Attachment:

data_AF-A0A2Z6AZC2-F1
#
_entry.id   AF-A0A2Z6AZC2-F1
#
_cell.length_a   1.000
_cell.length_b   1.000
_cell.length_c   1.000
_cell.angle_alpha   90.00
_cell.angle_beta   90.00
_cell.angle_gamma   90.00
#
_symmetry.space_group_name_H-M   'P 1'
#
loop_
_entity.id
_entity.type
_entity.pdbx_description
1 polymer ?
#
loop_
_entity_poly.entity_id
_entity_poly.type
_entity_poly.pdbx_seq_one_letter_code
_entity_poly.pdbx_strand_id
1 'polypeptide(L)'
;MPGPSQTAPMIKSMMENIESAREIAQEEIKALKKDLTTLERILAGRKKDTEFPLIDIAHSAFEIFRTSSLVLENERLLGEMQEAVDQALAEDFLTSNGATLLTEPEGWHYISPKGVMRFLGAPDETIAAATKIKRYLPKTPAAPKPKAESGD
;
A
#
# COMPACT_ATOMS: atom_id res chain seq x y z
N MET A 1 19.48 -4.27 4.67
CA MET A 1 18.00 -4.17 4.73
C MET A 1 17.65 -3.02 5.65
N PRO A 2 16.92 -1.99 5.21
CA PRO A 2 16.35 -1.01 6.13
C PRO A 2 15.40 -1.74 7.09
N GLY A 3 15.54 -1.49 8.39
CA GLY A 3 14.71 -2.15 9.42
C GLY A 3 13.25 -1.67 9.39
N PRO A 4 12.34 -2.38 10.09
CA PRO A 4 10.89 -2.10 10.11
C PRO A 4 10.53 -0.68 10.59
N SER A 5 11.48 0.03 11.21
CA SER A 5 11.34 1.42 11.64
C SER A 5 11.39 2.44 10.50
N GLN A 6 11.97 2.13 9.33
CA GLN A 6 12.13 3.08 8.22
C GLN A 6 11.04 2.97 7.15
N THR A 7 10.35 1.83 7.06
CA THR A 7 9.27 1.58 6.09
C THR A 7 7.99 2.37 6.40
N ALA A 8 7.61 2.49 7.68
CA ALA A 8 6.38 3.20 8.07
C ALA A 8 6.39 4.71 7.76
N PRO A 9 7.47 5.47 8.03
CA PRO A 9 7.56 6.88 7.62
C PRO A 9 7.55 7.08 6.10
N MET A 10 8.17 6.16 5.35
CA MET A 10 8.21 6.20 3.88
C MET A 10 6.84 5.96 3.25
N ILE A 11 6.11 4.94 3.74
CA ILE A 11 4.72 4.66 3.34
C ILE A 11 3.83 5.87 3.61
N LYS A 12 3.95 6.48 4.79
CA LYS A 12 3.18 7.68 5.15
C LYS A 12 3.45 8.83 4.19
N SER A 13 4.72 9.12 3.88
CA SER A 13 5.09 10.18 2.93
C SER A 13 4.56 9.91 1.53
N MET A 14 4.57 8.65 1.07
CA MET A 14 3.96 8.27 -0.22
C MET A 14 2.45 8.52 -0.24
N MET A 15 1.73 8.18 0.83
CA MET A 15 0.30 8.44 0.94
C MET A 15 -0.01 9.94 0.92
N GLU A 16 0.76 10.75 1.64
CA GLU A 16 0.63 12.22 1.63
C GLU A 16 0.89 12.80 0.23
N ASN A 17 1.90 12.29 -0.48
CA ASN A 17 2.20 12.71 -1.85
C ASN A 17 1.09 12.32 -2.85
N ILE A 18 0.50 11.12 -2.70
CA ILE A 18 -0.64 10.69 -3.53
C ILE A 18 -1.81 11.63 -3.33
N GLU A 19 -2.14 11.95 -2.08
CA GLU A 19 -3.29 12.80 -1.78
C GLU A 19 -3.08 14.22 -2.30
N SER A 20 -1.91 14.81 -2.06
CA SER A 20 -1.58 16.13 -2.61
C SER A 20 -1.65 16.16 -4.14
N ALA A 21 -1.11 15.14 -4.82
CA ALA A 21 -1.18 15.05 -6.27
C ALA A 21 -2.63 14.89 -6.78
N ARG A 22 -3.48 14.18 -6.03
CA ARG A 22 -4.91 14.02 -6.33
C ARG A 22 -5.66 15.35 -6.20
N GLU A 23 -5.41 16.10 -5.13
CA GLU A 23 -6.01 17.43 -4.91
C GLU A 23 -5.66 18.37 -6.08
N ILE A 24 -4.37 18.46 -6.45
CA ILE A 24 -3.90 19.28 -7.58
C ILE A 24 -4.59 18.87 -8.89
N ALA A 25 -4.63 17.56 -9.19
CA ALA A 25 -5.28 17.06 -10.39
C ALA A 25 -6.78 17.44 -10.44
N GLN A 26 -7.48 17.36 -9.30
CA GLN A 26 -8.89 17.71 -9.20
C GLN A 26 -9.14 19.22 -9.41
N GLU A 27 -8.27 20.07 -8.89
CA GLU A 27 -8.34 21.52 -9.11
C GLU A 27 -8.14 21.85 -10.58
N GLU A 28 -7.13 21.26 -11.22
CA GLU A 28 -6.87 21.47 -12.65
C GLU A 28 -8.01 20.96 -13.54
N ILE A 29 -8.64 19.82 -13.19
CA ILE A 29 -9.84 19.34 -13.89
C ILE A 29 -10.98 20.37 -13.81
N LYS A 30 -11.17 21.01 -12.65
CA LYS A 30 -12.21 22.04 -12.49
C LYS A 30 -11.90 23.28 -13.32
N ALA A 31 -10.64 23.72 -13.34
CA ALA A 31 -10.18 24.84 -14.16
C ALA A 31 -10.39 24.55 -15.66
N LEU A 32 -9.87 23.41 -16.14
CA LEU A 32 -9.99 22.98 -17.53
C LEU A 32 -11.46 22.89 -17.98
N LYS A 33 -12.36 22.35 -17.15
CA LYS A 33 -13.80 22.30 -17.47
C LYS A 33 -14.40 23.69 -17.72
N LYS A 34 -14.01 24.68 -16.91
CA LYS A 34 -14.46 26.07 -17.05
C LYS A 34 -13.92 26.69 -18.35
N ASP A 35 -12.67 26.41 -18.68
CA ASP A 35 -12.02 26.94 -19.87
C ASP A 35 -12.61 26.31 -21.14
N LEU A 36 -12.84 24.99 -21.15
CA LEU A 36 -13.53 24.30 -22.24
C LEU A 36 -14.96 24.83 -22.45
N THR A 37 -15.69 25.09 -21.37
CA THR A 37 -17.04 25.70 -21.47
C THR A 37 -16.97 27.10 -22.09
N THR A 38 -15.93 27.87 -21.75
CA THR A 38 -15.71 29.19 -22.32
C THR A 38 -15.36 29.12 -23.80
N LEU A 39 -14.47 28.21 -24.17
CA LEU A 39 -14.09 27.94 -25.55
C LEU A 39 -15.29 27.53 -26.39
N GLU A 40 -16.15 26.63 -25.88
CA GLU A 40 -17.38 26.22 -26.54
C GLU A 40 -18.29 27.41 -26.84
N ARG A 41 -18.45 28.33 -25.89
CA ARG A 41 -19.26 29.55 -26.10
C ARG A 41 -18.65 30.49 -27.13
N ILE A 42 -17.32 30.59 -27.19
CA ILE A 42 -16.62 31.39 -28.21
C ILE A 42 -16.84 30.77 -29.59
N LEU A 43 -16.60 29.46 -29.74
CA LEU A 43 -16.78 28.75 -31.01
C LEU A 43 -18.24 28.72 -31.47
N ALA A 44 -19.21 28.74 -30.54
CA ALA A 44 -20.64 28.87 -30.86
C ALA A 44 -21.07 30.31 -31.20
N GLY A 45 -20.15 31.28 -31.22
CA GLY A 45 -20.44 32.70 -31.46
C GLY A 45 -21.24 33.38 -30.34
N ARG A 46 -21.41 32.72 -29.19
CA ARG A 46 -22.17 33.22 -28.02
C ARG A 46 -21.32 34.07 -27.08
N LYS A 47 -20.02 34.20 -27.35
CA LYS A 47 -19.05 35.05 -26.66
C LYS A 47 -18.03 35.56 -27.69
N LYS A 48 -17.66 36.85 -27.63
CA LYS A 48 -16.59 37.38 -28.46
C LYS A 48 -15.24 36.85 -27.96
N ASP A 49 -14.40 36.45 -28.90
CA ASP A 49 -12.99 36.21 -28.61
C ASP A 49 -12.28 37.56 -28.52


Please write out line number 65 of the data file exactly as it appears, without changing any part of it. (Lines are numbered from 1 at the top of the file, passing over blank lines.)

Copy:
CA LYS A 12 3.18 7.68 5.15